• Gentle on teeth: In contrast to conventional sugar, sweeteners such as sucralose do not cause tooth decay, so they are cariogenic because they are not metabolised by the bacteria in the mouth.
  • Calorie-free: Sucralose is considered calorie-free because the human body does not metabolise it for the most part and it therefore provides no calories. This makes sucralose a popular choice for people who want to reduce their sugar intake without sacrificing sweetness.


  • Heat-sensitive and potentially carcinogenic: If sucralose is heated to temperatures above 120 °C, compounds may be formed that are potentially carcinogenic. Therefore, sucralose should not be used at high temperatures.
  • Environmental impact: Sucralose is not fully absorbed by the human body and is largely excreted unchanged, which leads to pollution of the sewage system and the environment, as sewage treatment plants have difficulty filtering out sucralose.

Effects on health

Studies on the safety of sucralose indicate various health risks, including impaired insulin sensitivity and changes in the gut microbiome. A study published in 2018 in the "American Journal of Clinical Nutrition" found that the consumption of sucralose can reduce insulin sensitivity, which is a risk factor for the development of type 2 diabetes. Further studies, such as the one published in "Nature" in 2014 Studyshow that artificial sweeteners such as sucralose can influence glucose tolerance through changes in the gut microbiome.

Risk sucralose

Risks for certain groups of people

People with a sensitive digestive system: Sucralose can cause digestive problems such as flatulence and diarrhoea.

People with insulin resistance or diabetes: Sucralose could affect insulin and blood sugar levels.

Pregnant women and breastfeeding mothers: As the long-term effects of sucralose have not yet been fully researched, pregnant and breastfeeding mothers should limit their consumption.

Children: Children may be more sensitive to the effects of sucralose.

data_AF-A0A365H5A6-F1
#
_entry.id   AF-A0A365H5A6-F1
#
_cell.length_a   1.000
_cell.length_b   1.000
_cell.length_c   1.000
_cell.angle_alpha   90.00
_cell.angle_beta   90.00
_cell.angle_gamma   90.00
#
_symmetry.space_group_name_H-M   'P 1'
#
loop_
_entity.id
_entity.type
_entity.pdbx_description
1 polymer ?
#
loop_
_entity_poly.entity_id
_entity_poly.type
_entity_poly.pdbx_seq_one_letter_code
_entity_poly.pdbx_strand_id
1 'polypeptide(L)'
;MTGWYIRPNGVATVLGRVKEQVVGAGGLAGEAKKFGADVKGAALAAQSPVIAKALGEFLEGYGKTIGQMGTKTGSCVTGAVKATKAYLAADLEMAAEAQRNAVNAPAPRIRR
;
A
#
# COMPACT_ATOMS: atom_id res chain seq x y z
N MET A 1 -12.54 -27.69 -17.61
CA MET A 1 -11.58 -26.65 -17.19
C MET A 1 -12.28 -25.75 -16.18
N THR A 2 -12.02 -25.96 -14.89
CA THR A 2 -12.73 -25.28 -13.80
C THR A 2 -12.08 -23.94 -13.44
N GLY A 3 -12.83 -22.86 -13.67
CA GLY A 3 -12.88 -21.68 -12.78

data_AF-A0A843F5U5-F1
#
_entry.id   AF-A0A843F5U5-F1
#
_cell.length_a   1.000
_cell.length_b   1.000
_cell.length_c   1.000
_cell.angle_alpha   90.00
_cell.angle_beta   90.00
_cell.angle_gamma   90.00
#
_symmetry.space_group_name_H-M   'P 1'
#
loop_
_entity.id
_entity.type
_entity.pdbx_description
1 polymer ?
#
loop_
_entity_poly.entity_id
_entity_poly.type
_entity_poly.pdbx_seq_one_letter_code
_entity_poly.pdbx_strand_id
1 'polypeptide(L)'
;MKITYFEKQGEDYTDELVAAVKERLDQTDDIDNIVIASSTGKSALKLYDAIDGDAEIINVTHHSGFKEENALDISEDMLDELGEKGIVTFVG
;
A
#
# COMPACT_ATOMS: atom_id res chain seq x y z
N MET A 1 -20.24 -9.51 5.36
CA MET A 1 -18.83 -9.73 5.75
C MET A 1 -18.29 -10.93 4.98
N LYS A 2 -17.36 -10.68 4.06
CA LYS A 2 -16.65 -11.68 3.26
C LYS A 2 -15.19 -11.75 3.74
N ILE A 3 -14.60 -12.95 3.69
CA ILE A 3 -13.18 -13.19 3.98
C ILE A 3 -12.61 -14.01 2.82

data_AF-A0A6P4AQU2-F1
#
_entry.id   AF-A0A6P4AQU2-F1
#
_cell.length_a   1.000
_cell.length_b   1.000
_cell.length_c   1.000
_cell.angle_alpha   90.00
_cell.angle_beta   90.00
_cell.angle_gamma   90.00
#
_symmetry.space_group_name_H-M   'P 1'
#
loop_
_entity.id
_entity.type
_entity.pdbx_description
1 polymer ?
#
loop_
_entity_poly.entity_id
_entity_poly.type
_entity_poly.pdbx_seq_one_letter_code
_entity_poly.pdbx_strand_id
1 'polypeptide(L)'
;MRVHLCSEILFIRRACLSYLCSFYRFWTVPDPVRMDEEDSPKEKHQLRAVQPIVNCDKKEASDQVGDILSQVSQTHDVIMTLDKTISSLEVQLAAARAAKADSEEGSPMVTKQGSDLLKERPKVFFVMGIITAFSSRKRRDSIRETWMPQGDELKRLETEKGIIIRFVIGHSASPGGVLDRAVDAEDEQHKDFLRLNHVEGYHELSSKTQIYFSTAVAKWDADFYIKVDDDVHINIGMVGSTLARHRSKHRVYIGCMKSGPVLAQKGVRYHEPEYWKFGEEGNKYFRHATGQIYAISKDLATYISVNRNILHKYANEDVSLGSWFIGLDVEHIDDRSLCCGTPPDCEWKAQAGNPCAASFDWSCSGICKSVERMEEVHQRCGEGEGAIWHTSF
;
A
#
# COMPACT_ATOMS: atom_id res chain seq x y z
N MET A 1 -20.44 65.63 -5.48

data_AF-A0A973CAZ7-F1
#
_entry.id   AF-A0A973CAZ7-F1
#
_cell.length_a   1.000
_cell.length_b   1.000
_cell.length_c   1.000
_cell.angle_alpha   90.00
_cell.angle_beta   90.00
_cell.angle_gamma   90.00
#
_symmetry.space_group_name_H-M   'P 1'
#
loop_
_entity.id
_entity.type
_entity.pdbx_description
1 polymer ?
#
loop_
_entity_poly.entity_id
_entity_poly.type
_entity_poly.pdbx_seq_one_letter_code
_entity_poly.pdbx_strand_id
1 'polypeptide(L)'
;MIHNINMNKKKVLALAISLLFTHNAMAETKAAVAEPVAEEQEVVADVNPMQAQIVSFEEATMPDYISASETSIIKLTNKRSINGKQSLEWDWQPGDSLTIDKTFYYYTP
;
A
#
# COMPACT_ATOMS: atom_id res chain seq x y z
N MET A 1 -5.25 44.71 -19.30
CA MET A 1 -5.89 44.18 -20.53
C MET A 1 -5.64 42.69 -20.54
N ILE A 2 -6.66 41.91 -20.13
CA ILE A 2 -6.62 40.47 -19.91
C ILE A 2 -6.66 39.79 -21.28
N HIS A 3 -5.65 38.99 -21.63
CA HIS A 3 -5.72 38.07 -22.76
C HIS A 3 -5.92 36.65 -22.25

Alternatives to sucralose (E955):

Date sugar: Natural sugar substitute with fibre, vitamins and minerals.

Coconut blossom sugar: Lower glycaemic index than conventional sugar.

Honey: Contains antioxidants, vitamins and minerals, but should be consumed in moderation.

Maple syrup: Rich in antioxidants and minerals.

Stevia: Calorie-free, natural sweetener with zero glycaemic index.

Erythritol: Sugar alcohol that does not affect blood sugar levels.

Xylitol: Sugar alcohol with tooth-friendly properties.

Conclusion and recommendations:

Sucralose may be a calorie-free alternative to sugar, but the potential risks and side effects have many looking for safer and healthier options. For these reasons, many are turning to natural sweeteners such as stevia or erythritol. They offer a good alternative for those who want to reduce their sugar intake without jeopardising their health.

In order to make informed decisions about consuming sucralose, it is important to read food ingredient lists thoroughly. Rather than relying on sweeteners to reduce sugar consumption, a more comprehensive approach to dietary change can be helpful. This includes eating whole, unprocessed foods and focusing on natural sources of sweetness, such as those found in fruit. Ultimately, it is important to educate yourself about the ingredients in foods and drinks and make conscious choices that support your health.

The fruit bars and puffed snacks from Wacker offer a healthy and natural snack alternative - free from sucralose and other additives and industrially added sugar. Get the Organic snack pack and snack without a guilty conscience in future:

Why puffed is better? Find out here!

Sources: BLV, NDR, world, Utopia, Consumer advice centre
Photo sweetener sucralose: Adobe Stock, bit24, #518290772
Photo risk sucralose: Adobe Stock, Nuthawut, #500905880